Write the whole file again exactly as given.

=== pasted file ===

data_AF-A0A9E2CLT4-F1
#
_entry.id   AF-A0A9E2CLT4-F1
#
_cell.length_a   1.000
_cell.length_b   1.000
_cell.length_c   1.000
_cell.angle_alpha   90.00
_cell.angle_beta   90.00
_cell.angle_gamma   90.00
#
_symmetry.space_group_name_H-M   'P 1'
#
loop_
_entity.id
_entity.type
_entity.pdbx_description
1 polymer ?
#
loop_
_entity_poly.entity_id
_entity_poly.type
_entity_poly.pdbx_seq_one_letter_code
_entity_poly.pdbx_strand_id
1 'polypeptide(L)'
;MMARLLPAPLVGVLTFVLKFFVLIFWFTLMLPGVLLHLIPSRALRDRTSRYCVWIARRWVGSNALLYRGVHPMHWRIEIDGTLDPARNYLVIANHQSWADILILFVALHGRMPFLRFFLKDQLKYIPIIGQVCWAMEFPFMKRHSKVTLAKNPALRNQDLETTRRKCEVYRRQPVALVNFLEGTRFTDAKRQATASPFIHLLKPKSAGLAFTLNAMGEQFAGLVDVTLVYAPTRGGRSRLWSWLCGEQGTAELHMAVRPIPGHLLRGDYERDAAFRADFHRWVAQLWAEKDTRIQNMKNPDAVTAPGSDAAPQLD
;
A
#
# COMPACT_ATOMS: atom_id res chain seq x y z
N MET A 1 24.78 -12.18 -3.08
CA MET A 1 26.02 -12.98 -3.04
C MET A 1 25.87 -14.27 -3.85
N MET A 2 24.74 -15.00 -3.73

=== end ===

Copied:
data_AF-A0A9E2CLT4-F1
#
_entry.id   AF-A0A9E2CLT4-F1
#
_cell.length_a   1.000
_cell.length_b   1.000
_cell.length_c   1.000
_cell.angle_alpha   90.00
_cell.angle_beta   90.00
_cell.angle_gamma   90.00
#
_symmetry.space_group_name_H-M   'P 1'
#
loop_
_entity.id
_entity.type
_entity.pdbx_description
1 polymer ?
#
loop_
_entity_poly.entity_id
_entity_poly.type
_entity_poly.pdbx_seq_one_letter_code
_entity_poly.pdbx_strand_id
1 'polypeptide(L)'
;MMARLLPAPLVGVLTFVLKFFVLIFWFTLMLPGVLLHLIPSRALRDRTSRYCVWIARRWVGSNALLYRGVHPMHWRIEIDGTLDPARNYLVIANHQSWADILILFVALHGRMPFLRFFLKDQLKYIPIIGQVCWAMEFPFMKRHSKVTLAKNPALRNQDLETTRRKCEVYRRQPVALVNFLEGTRFTDAKRQATASPFIHLLKPKSAGLAFTLNAMGEQFAGLVDVTLVYAPTRGGRSRLWSWLCGEQGTAELHMAVRPIPGHLLRGDYERDAAFRADFHRWVAQLWAEKDTRIQNMKNPDAVTAPGSDAAPQLD
;
A
#
# COMPACT_ATOMS: atom_id res chain seq x y z
N MET A 1 24.78 -12.18 -3.08
CA MET A 1 26.02 -12.98 -3.04
C MET A 1 25.87 -14.27 -3.85
N MET A 2 24.74 -15.00 -3.73